Historian of the marginalised
Mushirul Hasan (1949-2018) was the quintessential Left historian
used the past to debate the present.
THERE was very little to dislike about Prof. Mushirul Hasan. A man of measured words, he seldom allowed you the luxury of misinterpreting his word. His subtle wit, beguiling charm, and laconic ways often reduced you to a fawning admirer. But he was not a sorcerer who was ready with a rehearsed trick at a moment’s notice. His aura of near invincibility came from his scholarship and, ironically, his independent interpretation of history. In a discipline often straitjacketed between the right wing and the left wing, he provided a fresh perspective. His leftist leanings and his upbringing in the home of a historian—his father Mohibbul Hasan was a historian too—combined to make sure he asked more questions than the world could easily answer.
He spoke up for the deprived, the dispossessed and the displaced. And since Muslims often made up the bulk of the marginalised, he spoke up for them too. Indeed, more than a decade ago, when Jamia Millia Islamia’s minority character was questioned, he showed a hitherto unknown facet of his personality. As the Vice Chancellor, he inspired the faculty of the university, the staff and the students to lead a march to protect the university’s unique status. And he led the march himself, proving that he was no mere iconic intellectual, teaching from the safe confines of a classroom. If the need arose, he was willing to hit the streets, raise his voice, and make the deaf hear.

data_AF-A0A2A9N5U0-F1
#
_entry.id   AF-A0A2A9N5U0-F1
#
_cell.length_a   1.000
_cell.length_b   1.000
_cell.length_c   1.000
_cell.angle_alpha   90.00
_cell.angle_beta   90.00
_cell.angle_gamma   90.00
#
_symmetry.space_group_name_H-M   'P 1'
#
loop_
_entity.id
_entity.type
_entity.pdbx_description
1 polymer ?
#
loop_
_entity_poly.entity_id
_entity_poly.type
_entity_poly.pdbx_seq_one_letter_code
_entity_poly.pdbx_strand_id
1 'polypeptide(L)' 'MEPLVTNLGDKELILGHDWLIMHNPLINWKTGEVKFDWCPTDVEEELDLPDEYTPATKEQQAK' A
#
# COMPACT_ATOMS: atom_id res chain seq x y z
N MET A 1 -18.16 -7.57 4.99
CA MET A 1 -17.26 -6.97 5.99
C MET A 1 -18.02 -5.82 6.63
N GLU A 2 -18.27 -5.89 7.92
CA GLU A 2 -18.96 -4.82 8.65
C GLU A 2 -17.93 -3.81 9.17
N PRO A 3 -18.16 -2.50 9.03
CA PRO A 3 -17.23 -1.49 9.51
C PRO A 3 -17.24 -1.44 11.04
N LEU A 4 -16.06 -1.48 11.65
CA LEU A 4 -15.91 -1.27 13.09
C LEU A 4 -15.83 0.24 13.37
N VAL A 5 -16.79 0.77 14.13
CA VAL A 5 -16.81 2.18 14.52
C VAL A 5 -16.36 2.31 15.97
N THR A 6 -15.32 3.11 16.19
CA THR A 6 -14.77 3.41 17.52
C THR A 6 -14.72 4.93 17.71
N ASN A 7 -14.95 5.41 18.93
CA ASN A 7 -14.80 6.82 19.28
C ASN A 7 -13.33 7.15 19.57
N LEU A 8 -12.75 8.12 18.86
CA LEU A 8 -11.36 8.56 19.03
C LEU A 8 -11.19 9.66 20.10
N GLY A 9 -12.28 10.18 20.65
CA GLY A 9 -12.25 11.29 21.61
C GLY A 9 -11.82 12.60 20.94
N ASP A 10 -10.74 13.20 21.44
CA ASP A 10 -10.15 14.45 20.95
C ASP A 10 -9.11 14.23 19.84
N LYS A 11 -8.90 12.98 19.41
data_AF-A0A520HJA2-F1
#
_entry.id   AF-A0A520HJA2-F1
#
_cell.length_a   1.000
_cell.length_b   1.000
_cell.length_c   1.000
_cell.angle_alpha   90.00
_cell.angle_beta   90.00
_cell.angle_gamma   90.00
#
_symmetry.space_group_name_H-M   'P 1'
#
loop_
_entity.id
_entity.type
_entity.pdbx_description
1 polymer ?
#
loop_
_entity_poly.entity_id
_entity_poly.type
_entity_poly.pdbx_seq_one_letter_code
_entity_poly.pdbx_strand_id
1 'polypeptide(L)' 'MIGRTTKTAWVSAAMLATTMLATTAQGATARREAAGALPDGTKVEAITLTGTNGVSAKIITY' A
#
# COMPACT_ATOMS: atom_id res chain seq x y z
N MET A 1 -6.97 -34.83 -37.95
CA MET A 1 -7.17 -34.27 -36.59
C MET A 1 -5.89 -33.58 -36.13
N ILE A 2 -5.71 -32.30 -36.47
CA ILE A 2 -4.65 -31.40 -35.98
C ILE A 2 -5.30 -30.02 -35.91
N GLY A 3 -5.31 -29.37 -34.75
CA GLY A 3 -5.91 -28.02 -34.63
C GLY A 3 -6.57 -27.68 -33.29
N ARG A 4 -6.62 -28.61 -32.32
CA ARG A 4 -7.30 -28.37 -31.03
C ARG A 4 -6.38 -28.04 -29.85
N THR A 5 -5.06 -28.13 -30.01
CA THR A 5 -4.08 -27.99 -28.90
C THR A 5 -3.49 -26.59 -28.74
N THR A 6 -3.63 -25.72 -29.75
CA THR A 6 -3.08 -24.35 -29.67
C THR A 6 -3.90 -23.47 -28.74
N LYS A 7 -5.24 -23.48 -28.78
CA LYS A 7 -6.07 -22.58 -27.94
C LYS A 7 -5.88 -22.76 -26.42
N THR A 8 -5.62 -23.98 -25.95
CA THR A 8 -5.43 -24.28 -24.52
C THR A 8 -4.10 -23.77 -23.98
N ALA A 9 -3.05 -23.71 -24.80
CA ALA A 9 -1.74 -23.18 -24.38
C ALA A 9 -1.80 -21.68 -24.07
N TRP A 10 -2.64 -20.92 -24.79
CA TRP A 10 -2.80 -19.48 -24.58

This ability to mix with ordinary people surprised many. But unknown to them, Hasan was a leftist at heart. He was ready for sweat and grime. The march also marked a homecoming of sorts for Hasan at Jamia. It was at Jamia in the late 1980s that the student fraternity had spoken out against him when he questioned the ban on Salman Rushdie’s The Satanic Verses. He may have done it under the larger ambit of freedom of expression—incidentally, the Prophet himself had pardoned much worse slander from his opponents—but the student community and a large section of the Muslim community thought he had sold his soul. Urdu newspapers, often a more reliable index of the Muslim community’s mind, went